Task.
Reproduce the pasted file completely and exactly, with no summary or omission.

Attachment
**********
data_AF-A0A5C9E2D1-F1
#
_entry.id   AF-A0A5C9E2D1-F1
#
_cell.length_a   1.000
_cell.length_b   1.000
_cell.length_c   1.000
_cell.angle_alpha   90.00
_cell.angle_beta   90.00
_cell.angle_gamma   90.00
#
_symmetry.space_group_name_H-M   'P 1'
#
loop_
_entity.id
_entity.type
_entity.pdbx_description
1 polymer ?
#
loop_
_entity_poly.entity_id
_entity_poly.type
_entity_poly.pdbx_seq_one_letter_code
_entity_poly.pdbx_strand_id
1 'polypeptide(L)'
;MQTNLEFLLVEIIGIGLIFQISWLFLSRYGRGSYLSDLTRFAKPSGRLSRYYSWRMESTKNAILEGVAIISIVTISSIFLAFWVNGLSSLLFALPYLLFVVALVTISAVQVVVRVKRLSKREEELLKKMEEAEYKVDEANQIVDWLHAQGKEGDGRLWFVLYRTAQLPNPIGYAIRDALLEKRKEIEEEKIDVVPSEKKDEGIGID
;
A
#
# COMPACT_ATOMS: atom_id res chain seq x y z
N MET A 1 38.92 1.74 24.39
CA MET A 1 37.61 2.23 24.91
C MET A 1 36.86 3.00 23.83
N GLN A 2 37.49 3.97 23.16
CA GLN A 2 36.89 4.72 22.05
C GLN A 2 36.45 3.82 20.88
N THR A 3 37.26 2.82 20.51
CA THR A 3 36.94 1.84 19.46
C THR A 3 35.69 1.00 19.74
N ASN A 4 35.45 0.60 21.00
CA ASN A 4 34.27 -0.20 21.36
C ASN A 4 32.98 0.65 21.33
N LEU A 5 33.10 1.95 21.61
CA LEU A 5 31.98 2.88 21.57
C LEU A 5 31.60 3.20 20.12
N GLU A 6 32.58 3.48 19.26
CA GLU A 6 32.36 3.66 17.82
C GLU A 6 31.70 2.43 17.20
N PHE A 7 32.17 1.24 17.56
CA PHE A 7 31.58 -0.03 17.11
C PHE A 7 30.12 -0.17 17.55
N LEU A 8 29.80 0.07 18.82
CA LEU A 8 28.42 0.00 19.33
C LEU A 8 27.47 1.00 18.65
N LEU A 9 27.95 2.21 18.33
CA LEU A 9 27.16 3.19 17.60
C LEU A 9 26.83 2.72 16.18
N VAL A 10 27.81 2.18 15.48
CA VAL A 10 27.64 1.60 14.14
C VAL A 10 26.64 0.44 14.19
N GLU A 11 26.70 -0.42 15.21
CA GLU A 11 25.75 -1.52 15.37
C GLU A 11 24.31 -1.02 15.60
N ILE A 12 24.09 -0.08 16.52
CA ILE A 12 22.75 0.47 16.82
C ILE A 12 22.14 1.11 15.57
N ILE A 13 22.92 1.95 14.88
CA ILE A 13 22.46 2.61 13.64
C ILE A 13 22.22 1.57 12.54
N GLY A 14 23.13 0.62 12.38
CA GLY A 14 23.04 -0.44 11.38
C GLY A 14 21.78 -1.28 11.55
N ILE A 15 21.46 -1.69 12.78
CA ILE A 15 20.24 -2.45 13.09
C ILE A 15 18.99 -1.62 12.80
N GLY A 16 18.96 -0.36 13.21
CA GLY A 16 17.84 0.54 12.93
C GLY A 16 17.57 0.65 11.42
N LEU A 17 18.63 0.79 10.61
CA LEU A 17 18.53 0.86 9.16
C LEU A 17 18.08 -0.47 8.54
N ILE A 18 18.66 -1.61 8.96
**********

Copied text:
data_AF-A0A5C9E2D1-F1
#
_entry.id   AF-A0A5C9E2D1-F1
#
_cell.length_a   1.000
_cell.length_b   1.000
_cell.length_c   1.000
_cell.angle_alpha   90.00
_cell.angle_beta   90.00
_cell.angle_gamma   90.00
#
_symmetry.space_group_name_H-M   'P 1'
#
loop_
_entity.id
_entity.type
_entity.pdbx_description
1 polymer ?
#
loop_
_entity_poly.entity_id
_entity_poly.type
_entity_poly.pdbx_seq_one_letter_code
_entity_poly.pdbx_strand_id
1 'polypeptide(L)'
;MQTNLEFLLVEIIGIGLIFQISWLFLSRYGRGSYLSDLTRFAKPSGRLSRYYSWRMESTKNAILEGVAIISIVTISSIFLAFWVNGLSSLLFALPYLLFVVALVTISAVQVVVRVKRLSKREEELLKKMEEAEYKVDEANQIVDWLHAQGKEGDGRLWFVLYRTAQLPNPIGYAIRDALLEKRKEIEEEKIDVVPSEKKDEGIGID
;
A
#
# COMPACT_ATOMS: atom_id res chain seq x y z
N MET A 1 38.92 1.74 24.39
CA MET A 1 37.61 2.23 24.91
C MET A 1 36.86 3.00 23.83
N GLN A 2 37.49 3.97 23.16
CA GLN A 2 36.89 4.72 22.05
C GLN A 2 36.45 3.82 20.88
N THR A 3 37.26 2.82 20.51
CA THR A 3 36.94 1.84 19.46
C THR A 3 35.69 1.00 19.74
N ASN A 4 35.45 0.60 21.00
CA ASN A 4 34.27 -0.20 21.36
C ASN A 4 32.98 0.65 21.33
N LEU A 5 33.10 1.95 21.61
CA LEU A 5 31.98 2.88 21.57
C LEU A 5 31.60 3.20 20.12
N GLU A 6 32.58 3.48 19.26
CA GLU A 6 32.36 3.66 17.82
C GLU A 6 31.70 2.43 17.20
N PHE A 7 32.17 1.24 17.56
CA PHE A 7 31.58 -0.03 17.11
C PHE A 7 30.12 -0.17 17.55
N LEU A 8 29.80 0.07 18.82
CA LEU A 8 28.42 0.00 19.33
C LEU A 8 27.47 1.00 18.65
N LEU A 9 27.95 2.21 18.33
CA LEU A 9 27.16 3.19 17.60
C LEU A 9 26.83 2.72 16.18
N VAL A 10 27.81 2.18 15.48
CA VAL A 10 27.64 1.60 14.14
C VAL A 10 26.64 0.44 14.19
N GLU A 11 26.70 -0.42 15.21
CA GLU A 11 25.75 -1.52 15.37
C GLU A 11 24.31 -1.02 15.60
N ILE A 12 24.09 -0.08 16.52
CA ILE A 12 22.75 0.47 16.82
C ILE A 12 22.14 1.11 15.57
N ILE A 13 22.92 1.95 14.88
CA ILE A 13 22.46 2.61 13.64
C ILE A 13 22.22 1.57 12.54
N GLY A 14 23.13 0.62 12.38
CA GLY A 14 23.04 -0.44 11.38
C GLY A 14 21.78 -1.28 11.55
N ILE A 15 21.46 -1.69 12.78
CA ILE A 15 20.24 -2.45 13.09
C ILE A 15 18.99 -1.62 12.80
N GLY A 16 18.96 -0.36 13.21
CA GLY A 16 17.84 0.54 12.93
C GLY A 16 17.57 0.65 11.42
N LEU A 17 18.63 0.79 10.61
CA LEU A 17 18.53 0.86 9.16
C LEU A 17 18.08 -0.47 8.54
N ILE A 18 18.66 -1.61 8.96